School board updates: Jan. 10

An overview of what was discussed at the ICCSD school board meeting on Jan. 10.

Rosemary Timmer-Hackert, Print Opinion Editor

The ICCSD school board meeting kicked off with student representatives from Tate High, City High and West High sharing the recent accomplishments of students at their respective schools and updates on current student-led initiatives.

The school board then approved the consent agenda, with the personnel agenda, Dr. Elizabeth Pfohl’s volunteer health care practice agreement and the decision of the date of the public hearing and bid opening for the Horn Elementary school project withheld. After some discussion, these items were unanimously approved.

Then the Annual Audit Report was presented to the board by a representative of the RSM US LLP accounting firm. The district earned an unmodified “clean” opinion of their financial statements and usage of the funds from the Elementary and Secondary School Emergency Relief and Title 1 programs. The presenter noted that the district’s revenue grew by about 5%, and expenditures also shrunk by about 5%.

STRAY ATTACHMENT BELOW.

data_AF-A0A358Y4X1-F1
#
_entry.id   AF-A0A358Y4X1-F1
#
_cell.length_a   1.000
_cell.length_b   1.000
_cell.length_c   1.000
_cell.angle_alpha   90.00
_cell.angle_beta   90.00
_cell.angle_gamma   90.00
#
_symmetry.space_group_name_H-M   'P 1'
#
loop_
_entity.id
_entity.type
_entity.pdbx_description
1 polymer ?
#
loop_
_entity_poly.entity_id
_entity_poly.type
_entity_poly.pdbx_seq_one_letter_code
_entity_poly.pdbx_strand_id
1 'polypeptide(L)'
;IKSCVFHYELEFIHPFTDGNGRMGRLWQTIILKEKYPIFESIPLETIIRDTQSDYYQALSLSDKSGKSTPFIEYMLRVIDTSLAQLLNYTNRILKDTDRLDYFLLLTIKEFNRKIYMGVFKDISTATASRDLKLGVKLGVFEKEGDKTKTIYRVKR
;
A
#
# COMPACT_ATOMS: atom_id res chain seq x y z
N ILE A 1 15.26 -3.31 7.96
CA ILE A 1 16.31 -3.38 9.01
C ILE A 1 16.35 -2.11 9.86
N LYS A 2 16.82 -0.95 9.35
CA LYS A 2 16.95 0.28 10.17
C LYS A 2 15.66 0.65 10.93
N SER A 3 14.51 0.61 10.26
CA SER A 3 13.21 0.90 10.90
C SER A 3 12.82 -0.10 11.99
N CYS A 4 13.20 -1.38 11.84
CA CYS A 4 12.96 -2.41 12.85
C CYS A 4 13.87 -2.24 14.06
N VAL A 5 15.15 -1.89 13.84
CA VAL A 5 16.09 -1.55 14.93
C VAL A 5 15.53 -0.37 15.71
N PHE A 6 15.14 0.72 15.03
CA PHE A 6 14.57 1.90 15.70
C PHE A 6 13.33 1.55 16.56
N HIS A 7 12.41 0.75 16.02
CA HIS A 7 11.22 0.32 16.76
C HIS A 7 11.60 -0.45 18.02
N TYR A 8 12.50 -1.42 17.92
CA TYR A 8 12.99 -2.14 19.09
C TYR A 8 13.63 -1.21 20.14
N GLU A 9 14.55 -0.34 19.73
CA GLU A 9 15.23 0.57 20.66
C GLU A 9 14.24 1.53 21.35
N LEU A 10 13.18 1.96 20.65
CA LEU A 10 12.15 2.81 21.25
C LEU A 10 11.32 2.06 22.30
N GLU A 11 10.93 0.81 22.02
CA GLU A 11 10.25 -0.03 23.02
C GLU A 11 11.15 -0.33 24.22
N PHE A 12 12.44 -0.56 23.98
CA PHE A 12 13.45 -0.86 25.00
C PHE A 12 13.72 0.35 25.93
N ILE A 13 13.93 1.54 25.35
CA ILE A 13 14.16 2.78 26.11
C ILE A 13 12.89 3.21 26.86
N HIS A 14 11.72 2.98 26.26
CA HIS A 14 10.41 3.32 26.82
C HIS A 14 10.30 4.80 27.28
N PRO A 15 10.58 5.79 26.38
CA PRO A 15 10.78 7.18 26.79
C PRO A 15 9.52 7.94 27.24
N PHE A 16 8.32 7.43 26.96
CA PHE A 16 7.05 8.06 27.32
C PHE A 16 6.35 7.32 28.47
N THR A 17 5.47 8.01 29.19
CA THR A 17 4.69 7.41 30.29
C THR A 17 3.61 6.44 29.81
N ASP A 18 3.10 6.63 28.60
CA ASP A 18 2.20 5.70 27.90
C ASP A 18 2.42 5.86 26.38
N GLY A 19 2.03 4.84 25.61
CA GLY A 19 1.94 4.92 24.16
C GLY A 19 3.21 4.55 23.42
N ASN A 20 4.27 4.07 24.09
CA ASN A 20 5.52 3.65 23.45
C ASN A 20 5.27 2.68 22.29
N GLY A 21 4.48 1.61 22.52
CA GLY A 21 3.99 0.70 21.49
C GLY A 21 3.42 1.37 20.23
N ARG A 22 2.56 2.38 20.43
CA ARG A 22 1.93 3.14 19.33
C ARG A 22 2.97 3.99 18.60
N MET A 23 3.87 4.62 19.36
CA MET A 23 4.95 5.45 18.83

The next item on the agenda was the Annual Enrollment, Demographics and Class Size Report. Notable findings from the report include that the racial and ethnic diversity of the district is still growing and enrollment in special education programs is at an all-time low of 9.4%, which was attributed to the multi-tiered systems of support the district has been implementing. It was also noted that West and City both have larger class sizes and more Free and Reduced Price lunch qualifying students than Liberty.

The school board also listened to an update on the fighting, assault and physical aggression policy that was announced Oct. 31 2022. The new policy has led to only two students across the four high schools earning two offenses and being placed in the Online Learning Center. The school board also learned about the success of another initiative, a community-led enrichment program to connect with young colored women in the district who had earned multiple suspensions or one suspension lasting more than a day. The program brought in black and brown staff and administrators from around the district to connect with the 60 participating students and lead reflective training. The program was viewed as a success by those who participated, and data is currently being collected to see if the numbers agree. A second session is being planned for sometime in March.